CARLSON: Well, there were so many lies this year, and so little time on the show to do them all justice. But here's how she tried: she tried when her book was coming out - which by the way had its own series of falsehoods - to say that she was like Ronald Reagan in using death panels, because he used the term "evil empire" and it was nowhere on the map. Therefore, her use of death panels was not a real lie, and she used it in the same context as her beloved Ronald Reagan.

I don't know that anyone really believed it, but that's what she tried to do. You know, the other lies you mentioned didn't quite get the grip on a political discussion that this one did, with like 40 percent of Republicans at one time thinking there were death panels.

O'DONNELL: Now, what about Palin's fans? I mean, don't they believe this death panel thing? And how - or does this - will this suddenly convince them that Sarah Palin was lying about death panels?

CARLSON: No. Her fans believe whatever she says. And they never give up on it. It's like that saying where a lie gets around the world before the truth catches up. That little asterisk that she put beside death panels, I don't believe caught up with anybody, nor was it a full blown apology for it.

We live in a time when, you know, politicians are not just entitled to their own opinions. They're entitled to their own facts. And we live in this world. It's one reason why there was so much confusion about the health care bill, which, granted, was a huge pile of amendments.

O'DONNELL: Careful, Margaret, careful.

CARLSON: - and earmarks. I know. Thank you, Lawrence. In the Christmas spirit, you helped me out there. But we were all confused. And so the idea that you want to add confusion, as a public figure, it's unconscionable in the end. Bob Dole never did that. You know, even Everett Dirksen, who was very partisan, didn't do that. Republicans of old didn't do it.

O'DONNELL: We mentioned some of the runners up on the list. It's a bipartisan list. It includes Joe Biden for saying when one person sneezes, it goes all the way through the aircraft. Joe Biden is always very quick to correct these kinds of stretches in his comments. But with Sarah Palin, it seems that loving her means she never has to say she's sorry.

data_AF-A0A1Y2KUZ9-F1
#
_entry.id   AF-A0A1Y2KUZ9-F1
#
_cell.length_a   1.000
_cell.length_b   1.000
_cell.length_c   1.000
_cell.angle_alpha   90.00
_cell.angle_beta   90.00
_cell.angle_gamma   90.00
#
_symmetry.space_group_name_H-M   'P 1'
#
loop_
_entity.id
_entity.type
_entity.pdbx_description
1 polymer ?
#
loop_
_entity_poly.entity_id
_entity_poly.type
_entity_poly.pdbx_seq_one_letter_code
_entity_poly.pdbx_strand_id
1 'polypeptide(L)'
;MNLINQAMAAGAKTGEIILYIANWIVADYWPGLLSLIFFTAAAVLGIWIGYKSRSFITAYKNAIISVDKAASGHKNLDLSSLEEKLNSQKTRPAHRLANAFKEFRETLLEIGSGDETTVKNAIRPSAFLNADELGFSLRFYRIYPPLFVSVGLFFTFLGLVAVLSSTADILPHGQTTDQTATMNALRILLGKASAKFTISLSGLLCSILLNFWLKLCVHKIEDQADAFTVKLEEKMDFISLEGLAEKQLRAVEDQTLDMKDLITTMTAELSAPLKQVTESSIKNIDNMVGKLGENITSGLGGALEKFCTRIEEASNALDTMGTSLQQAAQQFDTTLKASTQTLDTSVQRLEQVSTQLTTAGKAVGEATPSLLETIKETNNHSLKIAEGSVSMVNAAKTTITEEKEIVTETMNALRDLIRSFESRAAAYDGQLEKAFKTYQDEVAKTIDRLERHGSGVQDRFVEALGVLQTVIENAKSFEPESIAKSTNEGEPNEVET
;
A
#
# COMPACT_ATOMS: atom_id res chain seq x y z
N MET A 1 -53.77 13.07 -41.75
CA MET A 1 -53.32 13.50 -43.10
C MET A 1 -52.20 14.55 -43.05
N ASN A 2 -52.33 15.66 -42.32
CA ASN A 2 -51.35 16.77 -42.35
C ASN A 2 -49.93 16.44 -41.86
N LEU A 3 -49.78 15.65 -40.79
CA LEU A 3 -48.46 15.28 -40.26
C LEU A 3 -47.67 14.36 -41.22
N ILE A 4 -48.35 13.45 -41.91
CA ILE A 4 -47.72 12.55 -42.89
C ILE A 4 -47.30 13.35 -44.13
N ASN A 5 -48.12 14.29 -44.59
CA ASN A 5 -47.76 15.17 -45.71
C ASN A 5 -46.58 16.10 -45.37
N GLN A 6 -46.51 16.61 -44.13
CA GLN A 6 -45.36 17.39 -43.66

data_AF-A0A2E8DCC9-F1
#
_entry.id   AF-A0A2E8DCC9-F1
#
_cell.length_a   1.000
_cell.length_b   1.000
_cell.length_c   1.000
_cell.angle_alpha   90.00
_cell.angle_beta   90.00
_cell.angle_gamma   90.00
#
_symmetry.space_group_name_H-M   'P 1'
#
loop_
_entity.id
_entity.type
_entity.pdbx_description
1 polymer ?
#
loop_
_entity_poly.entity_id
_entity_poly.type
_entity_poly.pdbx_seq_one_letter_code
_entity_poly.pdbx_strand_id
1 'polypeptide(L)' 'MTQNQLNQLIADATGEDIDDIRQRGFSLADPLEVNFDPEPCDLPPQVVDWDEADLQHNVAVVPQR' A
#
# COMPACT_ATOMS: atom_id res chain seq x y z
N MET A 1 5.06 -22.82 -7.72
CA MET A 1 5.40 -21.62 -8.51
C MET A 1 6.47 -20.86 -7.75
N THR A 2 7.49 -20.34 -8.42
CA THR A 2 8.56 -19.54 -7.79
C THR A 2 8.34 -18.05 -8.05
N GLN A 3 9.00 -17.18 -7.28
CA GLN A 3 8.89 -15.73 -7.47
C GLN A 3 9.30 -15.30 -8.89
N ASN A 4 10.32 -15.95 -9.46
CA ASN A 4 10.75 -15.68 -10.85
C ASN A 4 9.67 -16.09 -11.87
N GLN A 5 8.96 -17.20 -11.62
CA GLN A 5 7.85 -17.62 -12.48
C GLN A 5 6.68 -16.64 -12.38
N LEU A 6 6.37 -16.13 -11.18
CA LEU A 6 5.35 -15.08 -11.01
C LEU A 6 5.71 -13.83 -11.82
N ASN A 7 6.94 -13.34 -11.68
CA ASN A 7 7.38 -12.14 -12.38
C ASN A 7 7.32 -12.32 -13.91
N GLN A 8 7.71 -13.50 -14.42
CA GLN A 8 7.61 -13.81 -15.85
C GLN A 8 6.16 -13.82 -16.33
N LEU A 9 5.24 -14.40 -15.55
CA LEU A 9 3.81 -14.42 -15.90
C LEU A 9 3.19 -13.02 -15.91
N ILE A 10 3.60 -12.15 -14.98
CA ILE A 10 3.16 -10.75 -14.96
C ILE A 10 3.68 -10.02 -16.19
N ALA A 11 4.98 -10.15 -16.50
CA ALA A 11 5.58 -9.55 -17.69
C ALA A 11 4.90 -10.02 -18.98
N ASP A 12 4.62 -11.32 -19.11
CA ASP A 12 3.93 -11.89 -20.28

CARLSON: Yeah. You know, Joe Biden did a public service in that we all started doing the Count Dracula cough, with our capes drawn up around our faces. He also said, don't get on Amtrak. But he took - you know, he sort of amended that, so that we did get on Amtrak.

Sarah Palin is Teflon when it comes to her base, which you can see by the sales of her book, which I think are over five million now. They are ardent. They will put down their 25 dollars. There is nothing she can do, and no amount of catching up with what she says on the part of media or her political opponents that's going to change that.

O'DONNELL: Margaret Carlson of "Bloomberg News" and "The Week" magazine, thanks for your time tonight.

CARLSON: Thanks, Lawrence. >

O'DONNELL: Coming up, Sarah Palin had more time to misrepresent the truth after she quit her day job, of course. Tonight, Countdown's very special tribute to the year in Sarah Palin.

O'DONNELL: And when Rachel joins you at the top of the hour, her special guest, Thomas Friedman, on all the big issue items facing the Obama White House.


O'DONNELL: In 2009, Sarah Palin quit her job, picked a fight with a late night talk show host, and fibbed everywhere from her Facebook page to her "Going Rogue" book tour. In our number one story, there is no chance the 2009 Countdown Whack Job Jamboree could ignore the contribution of Sarah Palin this year. That full hour broadcast premieres the Tuesday after Christmas.

Tonight, a sneak preview. We give you the year in Sarah Palin, through the eyes of Countdown. And it all begins with her dust up with David Letterman.


DAVID LETTERMAN, "THE LATE SHOW": Top ten highlights now; Sarah Palin's trip to New York.

Number two, bought makeup at Bloomingdales to update her slutty flight attendant look.

SARAH PALIN, FMR. GOVERNOR OF ALASKA: Don't disparage flight attendants. They work hard. We love them.

LETTERMAN: One awkward moment for Sarah Palin at the Yankee game, during the 7th inning, her daughter was knocked up by Alex Rodriguez.

PALIN: That's pretty pathetic, good old David Letterman.

OLBERMANN: Our number one story tonight, David Letterman has now admitted to being guilty of poor taste.

LETTERMAN: Yes, maybe these are questionable because the girl who actually - excuse me - but was knocked up is now 18 years old. Am I guilty of poor taste? Yes. Did I suggest that it was OK for her 14-year-old daughter to be having promiscuous sex? No.